Dead on Holiday
In Mexican Tradition All Souls Day is Dia de los Muertos
This autumn one group of Americans has chosen their Halloween costumes and bought candy. Another group is painting skulls and looking through scrapbooks for favorite pictures of dead relatives.
All Souls Day is the Catholic holiday commemorated on November 2, following All Saints Day the day before. But in Mexican and Mexican-American culture, Nov. 2 is also known as Day of the Dead, or Dia de los Muertos?a celebration to honor relatives and ancestors who have passed away.
Dia de los Muertos honors the continuous cycle of life and death, says Marisol Torres, an art teacher at Self-Help Graphics in East Los Angeles. People of all ages make papier-mach? skulls, bright yellow tissue flowers, and Mexican decorative called “papel picado.”
Torres says that the day offers her a sense of connection and rootedness with those that came before her. “I have a lot of respect for my ancestors and my family and I remember them with happiness,” says Torres, 27.
Mexican art often makes use of skulls?the ultimate symbol of death. Artists depict skulls in a whimsical and colorful way to show that death is not something to be feared.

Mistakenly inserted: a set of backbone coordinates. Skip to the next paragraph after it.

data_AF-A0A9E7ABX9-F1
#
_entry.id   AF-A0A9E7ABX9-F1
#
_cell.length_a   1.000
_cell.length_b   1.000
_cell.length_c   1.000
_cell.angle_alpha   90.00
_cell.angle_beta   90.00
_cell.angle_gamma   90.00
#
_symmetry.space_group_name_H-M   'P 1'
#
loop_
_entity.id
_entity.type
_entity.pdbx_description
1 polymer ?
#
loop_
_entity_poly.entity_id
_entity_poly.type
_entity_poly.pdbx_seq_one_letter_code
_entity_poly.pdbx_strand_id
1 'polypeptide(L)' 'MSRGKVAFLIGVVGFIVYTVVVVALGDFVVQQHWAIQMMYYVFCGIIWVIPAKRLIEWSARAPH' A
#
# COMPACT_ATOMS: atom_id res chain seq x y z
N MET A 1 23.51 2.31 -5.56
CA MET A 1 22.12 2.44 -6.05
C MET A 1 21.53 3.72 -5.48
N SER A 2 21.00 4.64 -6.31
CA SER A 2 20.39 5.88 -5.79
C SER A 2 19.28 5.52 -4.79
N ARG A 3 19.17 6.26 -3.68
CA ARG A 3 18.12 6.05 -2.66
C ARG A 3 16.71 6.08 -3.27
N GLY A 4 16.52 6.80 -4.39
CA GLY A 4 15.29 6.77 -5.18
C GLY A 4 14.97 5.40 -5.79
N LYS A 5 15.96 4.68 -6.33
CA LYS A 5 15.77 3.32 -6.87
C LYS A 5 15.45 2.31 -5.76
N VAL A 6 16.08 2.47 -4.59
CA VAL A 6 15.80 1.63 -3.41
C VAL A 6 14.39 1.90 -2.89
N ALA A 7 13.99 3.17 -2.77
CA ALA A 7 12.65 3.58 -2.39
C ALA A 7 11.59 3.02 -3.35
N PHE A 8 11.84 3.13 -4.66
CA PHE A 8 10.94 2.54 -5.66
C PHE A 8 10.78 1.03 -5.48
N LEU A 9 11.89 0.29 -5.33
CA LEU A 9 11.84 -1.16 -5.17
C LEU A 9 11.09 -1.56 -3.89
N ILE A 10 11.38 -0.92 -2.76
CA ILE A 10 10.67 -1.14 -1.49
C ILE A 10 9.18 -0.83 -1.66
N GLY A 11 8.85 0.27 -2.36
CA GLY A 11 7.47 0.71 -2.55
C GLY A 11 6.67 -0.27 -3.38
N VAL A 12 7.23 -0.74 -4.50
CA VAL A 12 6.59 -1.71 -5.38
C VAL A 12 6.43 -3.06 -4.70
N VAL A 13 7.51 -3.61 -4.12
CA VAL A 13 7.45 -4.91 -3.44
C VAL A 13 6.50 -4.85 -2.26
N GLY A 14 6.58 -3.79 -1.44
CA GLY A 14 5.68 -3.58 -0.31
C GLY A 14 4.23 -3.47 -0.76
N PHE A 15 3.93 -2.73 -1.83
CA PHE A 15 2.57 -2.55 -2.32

Dia de los Muertos also has its roots in ancient Aztec and Meso-American civilizations. Indigenous people believed that the spirits of the dead come back to visit once a year and should be honored and remembered. With the introduction of Catholicism into Mexico, attitudes and beliefs fused, and the celebration was moved to November.
In Mexican-American homes small altars are made in honor of departed family members. On the altars are placed pictures of the deceased, their favorite foods, a glass of water, marigolds, incense, and candles. The preparations encourage storytelling among different generations within a family.
FOLK TRADITIONS: Mexican artists often depict skulls in a whimsical and colorful way to show that death is not something to be feared.
LEARNING CULTURE: At Self-Help Graphics in East Los Angeles Janet Figueroa holds Ivette Perez, 4, while she colors a paper skull image in preparation for the Mexican-American celebration of Day of the Dead.